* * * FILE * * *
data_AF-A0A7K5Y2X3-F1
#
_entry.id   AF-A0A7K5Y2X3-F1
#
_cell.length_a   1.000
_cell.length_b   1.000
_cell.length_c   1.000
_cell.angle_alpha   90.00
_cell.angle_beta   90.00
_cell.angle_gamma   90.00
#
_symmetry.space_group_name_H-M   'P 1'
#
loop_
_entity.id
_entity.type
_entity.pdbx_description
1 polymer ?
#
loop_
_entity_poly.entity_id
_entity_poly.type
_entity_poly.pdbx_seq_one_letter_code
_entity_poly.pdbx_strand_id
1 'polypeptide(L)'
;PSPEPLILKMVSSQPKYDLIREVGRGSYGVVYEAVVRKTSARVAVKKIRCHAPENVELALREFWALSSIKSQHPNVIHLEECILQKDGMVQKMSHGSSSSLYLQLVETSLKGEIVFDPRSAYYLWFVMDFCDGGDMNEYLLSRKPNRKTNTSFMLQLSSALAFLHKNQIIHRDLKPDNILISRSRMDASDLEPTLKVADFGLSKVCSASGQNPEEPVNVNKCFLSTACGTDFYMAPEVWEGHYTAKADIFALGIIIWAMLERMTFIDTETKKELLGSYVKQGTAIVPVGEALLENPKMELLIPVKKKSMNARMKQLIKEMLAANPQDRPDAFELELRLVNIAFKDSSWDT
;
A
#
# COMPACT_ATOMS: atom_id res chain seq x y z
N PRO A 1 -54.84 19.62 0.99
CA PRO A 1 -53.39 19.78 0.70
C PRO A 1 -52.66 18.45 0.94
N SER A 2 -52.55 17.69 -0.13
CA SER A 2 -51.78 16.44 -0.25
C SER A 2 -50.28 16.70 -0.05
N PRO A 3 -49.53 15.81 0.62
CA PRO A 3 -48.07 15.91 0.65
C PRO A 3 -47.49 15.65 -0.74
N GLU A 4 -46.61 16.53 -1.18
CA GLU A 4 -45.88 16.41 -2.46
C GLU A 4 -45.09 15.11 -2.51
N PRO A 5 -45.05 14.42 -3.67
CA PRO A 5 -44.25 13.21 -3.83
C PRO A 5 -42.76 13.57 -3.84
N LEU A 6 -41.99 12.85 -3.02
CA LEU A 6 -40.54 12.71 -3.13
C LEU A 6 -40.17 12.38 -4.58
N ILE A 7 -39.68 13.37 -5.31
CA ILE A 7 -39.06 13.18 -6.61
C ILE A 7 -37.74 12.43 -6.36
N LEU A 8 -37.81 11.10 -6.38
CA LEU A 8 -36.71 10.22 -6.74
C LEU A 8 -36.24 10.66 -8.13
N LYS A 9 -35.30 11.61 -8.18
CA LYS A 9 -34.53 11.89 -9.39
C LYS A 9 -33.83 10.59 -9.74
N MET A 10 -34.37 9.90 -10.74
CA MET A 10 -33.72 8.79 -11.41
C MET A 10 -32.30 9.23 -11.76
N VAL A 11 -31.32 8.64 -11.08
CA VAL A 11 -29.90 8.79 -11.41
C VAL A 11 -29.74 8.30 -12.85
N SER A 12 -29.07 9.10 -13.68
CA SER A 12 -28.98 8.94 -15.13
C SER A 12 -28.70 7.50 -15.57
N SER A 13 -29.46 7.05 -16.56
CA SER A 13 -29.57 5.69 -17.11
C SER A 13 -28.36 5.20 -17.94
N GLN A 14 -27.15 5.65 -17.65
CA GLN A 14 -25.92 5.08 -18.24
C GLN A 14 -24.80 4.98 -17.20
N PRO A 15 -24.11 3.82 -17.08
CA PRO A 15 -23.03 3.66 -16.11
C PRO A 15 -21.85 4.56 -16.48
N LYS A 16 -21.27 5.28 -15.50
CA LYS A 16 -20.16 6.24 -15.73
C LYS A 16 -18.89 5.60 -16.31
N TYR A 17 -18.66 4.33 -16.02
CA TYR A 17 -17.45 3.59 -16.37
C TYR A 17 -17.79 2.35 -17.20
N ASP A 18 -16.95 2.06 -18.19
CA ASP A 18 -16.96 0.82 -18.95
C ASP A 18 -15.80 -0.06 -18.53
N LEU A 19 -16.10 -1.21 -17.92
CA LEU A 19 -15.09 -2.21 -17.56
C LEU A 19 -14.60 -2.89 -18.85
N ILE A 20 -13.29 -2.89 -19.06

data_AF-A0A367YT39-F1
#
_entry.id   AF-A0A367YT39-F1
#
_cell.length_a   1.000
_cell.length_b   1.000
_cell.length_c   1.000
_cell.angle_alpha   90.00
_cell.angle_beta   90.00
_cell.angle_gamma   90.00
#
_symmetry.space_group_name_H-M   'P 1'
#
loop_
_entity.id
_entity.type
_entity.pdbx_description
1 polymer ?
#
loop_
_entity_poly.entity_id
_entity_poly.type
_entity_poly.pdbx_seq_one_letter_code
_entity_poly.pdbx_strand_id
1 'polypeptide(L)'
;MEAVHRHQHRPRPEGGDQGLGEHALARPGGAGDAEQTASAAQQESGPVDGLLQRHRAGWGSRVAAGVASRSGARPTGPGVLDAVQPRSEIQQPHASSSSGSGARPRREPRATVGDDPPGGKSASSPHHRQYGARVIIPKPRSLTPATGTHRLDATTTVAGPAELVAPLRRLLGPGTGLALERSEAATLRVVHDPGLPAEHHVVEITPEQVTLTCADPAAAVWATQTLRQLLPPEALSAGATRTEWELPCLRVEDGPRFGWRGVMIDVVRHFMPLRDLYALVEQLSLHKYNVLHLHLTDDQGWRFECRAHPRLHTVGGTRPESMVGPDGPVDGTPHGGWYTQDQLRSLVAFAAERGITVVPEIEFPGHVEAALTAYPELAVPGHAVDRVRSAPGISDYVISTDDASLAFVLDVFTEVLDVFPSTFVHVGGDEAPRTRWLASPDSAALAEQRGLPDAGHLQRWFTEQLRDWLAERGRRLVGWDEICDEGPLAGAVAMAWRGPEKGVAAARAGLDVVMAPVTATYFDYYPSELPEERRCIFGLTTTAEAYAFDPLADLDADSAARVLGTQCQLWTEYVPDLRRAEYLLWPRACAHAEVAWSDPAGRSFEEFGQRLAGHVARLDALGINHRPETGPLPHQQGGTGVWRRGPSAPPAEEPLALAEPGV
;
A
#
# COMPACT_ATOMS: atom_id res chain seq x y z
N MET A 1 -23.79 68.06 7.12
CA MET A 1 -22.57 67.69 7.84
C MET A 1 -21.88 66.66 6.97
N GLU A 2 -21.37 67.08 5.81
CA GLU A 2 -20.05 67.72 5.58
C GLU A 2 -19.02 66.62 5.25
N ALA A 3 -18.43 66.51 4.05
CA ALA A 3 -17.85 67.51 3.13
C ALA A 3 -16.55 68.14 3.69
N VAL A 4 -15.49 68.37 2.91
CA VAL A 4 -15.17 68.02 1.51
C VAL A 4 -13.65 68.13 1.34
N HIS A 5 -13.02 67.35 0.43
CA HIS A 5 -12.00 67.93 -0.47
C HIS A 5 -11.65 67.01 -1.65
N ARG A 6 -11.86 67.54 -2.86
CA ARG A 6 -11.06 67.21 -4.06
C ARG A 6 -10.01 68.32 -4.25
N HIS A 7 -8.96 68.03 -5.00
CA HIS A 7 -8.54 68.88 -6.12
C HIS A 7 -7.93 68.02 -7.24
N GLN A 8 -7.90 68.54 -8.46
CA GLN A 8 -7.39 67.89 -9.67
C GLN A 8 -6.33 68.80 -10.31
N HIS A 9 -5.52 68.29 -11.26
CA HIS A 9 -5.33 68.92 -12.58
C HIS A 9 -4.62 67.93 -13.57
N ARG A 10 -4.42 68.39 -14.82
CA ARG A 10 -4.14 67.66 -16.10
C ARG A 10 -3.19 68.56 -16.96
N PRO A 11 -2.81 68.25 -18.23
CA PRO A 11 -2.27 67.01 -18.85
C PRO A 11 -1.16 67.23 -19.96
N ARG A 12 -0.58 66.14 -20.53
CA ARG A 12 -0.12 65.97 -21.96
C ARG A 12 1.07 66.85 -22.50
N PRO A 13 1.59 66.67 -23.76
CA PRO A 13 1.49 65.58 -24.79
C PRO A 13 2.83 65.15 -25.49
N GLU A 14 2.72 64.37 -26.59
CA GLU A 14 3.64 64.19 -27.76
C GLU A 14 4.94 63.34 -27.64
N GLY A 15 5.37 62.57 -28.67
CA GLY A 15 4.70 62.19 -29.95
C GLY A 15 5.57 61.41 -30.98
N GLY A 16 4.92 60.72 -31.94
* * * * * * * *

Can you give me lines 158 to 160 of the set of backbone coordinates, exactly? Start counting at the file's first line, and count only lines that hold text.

N GLU A 14 2.72 64.37 -26.59
CA GLU A 14 3.64 64.19 -27.76
C GLU A 14 4.94 63.34 -27.64